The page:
Though it isn't hard to find a New Yorker who doesn't know how to drive or have a license, if you do, be ready. We are aggressive drivers by nature, able to parallel park our cars into the tiniest spots and navigate through the heaviest of traffic. And when it comes to tiny spots, New Yorkers are known to live harmoniously in the smallest of them, while paying high rents, often in exchange for great location and even greater brunch spots - because, yes, brunch is our religion.

    We complain about our city often, but can't imagine life outside of it and will often exclaim that there is no place in the world like it - which this Brooklyn girl has to agree is the truth.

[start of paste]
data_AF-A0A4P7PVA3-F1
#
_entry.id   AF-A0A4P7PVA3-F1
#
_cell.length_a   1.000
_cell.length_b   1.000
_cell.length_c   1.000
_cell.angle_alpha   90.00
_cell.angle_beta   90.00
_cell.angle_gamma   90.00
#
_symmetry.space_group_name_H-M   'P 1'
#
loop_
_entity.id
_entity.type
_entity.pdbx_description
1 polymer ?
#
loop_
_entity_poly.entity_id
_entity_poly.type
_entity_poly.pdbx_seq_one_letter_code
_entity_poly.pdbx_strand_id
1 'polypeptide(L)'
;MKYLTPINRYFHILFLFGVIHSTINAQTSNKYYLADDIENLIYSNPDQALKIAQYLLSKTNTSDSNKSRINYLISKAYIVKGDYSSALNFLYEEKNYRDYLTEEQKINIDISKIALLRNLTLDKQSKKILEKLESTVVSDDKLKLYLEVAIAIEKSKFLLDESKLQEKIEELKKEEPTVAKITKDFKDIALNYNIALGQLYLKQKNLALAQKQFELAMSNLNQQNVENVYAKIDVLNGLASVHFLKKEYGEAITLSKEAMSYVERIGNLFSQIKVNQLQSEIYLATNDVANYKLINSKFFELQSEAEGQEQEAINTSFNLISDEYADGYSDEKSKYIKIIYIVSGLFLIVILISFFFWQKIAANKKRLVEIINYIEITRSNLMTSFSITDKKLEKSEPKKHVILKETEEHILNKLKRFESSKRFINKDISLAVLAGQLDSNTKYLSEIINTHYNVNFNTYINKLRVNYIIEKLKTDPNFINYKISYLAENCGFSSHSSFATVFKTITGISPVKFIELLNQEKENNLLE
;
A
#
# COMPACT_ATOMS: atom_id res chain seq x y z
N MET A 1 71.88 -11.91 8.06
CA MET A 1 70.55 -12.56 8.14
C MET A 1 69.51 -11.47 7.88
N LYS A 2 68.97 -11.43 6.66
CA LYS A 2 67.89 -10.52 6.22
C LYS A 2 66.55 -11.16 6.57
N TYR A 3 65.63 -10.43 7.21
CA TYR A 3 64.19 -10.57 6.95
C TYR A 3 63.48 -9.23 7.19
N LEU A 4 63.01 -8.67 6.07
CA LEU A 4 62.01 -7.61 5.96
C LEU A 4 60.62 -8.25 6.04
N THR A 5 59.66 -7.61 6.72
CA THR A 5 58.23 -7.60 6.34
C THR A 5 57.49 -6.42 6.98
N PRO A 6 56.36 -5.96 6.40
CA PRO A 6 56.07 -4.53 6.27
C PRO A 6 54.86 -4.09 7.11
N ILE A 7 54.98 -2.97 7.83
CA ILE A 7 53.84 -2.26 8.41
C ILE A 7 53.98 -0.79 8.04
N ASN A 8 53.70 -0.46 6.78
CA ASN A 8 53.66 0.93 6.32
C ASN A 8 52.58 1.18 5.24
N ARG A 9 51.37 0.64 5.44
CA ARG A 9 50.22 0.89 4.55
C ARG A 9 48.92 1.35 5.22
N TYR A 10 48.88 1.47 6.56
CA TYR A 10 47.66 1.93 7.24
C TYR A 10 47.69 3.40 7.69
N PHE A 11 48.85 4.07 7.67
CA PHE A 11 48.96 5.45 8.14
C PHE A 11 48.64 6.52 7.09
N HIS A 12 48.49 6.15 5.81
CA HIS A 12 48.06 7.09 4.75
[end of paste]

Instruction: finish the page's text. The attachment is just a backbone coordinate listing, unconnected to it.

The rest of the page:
• On March 22, 2013
    Carol Cain answered the question: Carol Cain

    What are quirky local customs in New York City?

    There are many ways to identify a New Yorker, no matter where she or he may be. One of the most obvious is how we talk. Streets like Houston (East or West) are pronounced "HOWston" - nothing like the Texan city by the same name. We look into mirrahs, and drink wader. Explicatives are part of the course, as well as honesty and strong opinions. We stand on line, as opposed to in them, and we're not huge fans of umbrellas, as they obstruct our ability to move. The pace of our walk is fast, even when we have nowhere to be, and our ability to walk long distances and through crowds is a gift mastered only after years of having to do it.